A: We bought the property. We'll use the property. We know we have to have two or three schools there's a lot of kids in those areas. We also have the challenge of what to do with the existing building. We are working through all the options as to what it would cost to keep it, can it be converted, can you take relics out of it and put it in a new building, how to retain the historic nature of the site etc. Whether we save the structure yet is undecided.
Q: Will there be a commercial component?
A: It's under debate. With these proposals, it depends on how you site the school building and whether or not you could buffer that street without a commercial component. There's an awful lot of commercial land in the city but there isn't much land for schools. I've found that public entities are poor landlords. If they want to partner with a developer they might do something in combination there. My experience is that public agencies are not good entrepreneurs.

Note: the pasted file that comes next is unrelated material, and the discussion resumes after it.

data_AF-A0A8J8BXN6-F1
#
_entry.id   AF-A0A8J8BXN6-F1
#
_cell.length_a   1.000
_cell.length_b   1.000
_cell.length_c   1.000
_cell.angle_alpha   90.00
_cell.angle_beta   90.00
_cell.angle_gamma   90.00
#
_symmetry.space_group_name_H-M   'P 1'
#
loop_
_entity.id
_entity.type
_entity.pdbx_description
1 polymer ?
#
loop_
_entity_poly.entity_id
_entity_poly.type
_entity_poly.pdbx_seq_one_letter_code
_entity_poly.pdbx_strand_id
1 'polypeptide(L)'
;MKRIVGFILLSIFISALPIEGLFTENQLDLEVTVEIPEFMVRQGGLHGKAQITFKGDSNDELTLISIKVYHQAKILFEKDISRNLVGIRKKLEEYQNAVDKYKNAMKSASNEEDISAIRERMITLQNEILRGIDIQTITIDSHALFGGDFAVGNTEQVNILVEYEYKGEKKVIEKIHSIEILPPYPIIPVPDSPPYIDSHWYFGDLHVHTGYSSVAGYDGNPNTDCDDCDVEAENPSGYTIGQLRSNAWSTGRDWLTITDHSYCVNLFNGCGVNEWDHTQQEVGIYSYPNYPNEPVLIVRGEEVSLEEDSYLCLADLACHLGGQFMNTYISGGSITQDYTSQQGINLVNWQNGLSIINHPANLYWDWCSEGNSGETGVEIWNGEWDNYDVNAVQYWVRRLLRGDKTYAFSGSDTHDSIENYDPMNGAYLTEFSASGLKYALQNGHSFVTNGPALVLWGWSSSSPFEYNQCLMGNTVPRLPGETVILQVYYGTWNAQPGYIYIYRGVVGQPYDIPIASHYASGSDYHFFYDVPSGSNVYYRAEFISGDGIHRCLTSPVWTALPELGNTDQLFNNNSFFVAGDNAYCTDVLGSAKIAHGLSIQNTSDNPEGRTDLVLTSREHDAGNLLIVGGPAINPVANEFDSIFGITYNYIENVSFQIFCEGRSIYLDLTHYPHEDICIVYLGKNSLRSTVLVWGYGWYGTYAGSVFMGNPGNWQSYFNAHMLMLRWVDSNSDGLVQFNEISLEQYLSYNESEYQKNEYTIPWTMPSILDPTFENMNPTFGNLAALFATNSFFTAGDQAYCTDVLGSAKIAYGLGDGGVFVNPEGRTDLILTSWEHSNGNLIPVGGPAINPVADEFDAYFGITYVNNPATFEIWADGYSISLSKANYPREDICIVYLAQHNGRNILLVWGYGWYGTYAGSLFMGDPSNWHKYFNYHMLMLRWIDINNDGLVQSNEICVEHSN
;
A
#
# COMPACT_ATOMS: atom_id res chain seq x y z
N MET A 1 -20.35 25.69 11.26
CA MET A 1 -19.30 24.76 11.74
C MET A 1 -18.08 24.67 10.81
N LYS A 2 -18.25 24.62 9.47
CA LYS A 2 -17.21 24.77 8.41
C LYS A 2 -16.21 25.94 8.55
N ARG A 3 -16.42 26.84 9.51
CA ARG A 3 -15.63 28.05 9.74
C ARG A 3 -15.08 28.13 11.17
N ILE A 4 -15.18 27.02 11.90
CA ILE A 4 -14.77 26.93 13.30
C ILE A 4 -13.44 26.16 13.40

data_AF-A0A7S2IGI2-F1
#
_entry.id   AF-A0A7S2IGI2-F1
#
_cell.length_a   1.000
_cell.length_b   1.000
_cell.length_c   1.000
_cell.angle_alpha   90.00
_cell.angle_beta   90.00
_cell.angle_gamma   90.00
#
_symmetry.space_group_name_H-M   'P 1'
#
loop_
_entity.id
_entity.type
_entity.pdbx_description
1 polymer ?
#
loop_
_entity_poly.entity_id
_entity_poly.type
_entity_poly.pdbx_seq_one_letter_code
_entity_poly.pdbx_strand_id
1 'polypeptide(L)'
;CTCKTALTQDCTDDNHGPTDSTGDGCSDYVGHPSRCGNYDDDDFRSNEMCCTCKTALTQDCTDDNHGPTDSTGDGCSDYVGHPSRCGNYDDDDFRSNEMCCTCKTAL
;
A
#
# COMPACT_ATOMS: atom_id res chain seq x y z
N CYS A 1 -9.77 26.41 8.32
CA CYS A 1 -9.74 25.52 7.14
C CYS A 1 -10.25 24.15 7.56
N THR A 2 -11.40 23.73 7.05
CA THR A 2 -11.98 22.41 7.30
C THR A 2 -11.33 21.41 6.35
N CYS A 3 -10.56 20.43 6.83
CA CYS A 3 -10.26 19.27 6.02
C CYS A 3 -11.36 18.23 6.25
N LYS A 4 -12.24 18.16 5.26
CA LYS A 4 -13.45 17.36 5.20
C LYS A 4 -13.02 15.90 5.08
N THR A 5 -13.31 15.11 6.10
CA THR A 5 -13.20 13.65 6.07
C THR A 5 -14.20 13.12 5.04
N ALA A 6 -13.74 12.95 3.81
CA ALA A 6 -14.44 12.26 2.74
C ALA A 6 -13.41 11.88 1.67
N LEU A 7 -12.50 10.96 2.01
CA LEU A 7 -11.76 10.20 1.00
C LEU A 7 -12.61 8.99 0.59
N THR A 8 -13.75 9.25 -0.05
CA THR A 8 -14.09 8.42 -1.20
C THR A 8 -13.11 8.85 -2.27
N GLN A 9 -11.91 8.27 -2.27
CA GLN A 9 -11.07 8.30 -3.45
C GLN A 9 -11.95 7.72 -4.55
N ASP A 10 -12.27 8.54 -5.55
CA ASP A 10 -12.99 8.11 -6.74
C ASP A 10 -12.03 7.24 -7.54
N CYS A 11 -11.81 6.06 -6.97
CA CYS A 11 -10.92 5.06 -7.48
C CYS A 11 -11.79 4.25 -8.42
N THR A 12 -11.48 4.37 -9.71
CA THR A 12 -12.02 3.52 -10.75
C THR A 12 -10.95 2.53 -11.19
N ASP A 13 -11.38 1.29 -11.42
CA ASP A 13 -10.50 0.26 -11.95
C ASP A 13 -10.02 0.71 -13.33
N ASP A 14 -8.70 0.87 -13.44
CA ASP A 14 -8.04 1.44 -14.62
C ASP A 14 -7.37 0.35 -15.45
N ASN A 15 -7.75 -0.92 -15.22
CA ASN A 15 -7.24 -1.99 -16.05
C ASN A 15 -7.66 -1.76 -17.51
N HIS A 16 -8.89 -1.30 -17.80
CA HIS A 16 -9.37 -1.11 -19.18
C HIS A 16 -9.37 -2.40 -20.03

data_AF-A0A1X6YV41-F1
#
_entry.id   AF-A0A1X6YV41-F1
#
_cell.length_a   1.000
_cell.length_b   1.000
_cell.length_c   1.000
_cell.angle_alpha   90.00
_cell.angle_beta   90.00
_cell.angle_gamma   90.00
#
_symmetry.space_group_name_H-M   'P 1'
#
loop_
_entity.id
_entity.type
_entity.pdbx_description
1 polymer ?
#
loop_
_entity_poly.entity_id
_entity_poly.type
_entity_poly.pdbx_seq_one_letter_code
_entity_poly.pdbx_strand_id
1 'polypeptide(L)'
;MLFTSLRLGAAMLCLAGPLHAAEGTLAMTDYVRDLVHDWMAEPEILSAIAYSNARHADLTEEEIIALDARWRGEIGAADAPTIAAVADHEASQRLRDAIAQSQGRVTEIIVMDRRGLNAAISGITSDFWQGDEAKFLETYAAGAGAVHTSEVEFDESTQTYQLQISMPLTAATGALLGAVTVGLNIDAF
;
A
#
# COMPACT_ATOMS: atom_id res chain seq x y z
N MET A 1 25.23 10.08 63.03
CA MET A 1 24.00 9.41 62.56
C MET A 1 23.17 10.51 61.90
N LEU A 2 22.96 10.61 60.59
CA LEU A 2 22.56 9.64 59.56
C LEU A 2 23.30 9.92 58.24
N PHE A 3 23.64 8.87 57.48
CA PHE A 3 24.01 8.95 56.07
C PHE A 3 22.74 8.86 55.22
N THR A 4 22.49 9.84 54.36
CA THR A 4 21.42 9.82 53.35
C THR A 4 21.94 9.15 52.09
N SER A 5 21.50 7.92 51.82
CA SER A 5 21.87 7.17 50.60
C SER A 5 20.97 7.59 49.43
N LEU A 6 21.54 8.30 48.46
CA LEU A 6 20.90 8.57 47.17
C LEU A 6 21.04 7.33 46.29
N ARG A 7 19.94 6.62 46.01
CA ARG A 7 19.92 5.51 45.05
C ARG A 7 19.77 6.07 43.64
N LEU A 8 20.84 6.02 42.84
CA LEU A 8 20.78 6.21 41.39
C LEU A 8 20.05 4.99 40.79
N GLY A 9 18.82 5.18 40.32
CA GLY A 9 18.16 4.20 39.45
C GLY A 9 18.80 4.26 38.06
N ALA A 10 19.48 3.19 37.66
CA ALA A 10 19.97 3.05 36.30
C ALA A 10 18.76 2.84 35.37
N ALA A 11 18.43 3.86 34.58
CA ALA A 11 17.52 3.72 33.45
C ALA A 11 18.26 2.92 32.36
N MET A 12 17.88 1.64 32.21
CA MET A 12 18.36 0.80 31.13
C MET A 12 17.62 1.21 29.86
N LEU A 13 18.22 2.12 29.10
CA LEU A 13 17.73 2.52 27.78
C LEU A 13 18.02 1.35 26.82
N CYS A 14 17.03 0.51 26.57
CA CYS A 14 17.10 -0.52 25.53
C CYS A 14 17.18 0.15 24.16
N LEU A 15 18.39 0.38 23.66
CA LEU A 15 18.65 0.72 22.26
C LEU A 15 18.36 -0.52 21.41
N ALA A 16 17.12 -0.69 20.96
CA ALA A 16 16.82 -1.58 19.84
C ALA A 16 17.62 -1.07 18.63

Q: What do you hope to accomplish in the next few years?
A: You can look at this job and judge it by how well you get buildings built, how well you administer, take care of board politics, communicate with the press, deal with parents, etc. But the central issue is how do you increase learning in the classroom. The odds are so against you here. We're short 200,000 seats out of 735,000. Fifty percent of new hires are not credentialed. Twenty-five percent of the work force is not credentialed. But in spite of that, we've increased first grade reading scores last year 33 percent. When you do an ethnic breakdown, Hispanic students have moved scores from the 35th to 50th percentile, and African American students from 45th to 55th. It's unusual for a non-educator to be focused on classroom practice but that is the way I judge whether I've really made success.
Q: How can teachers become more effective?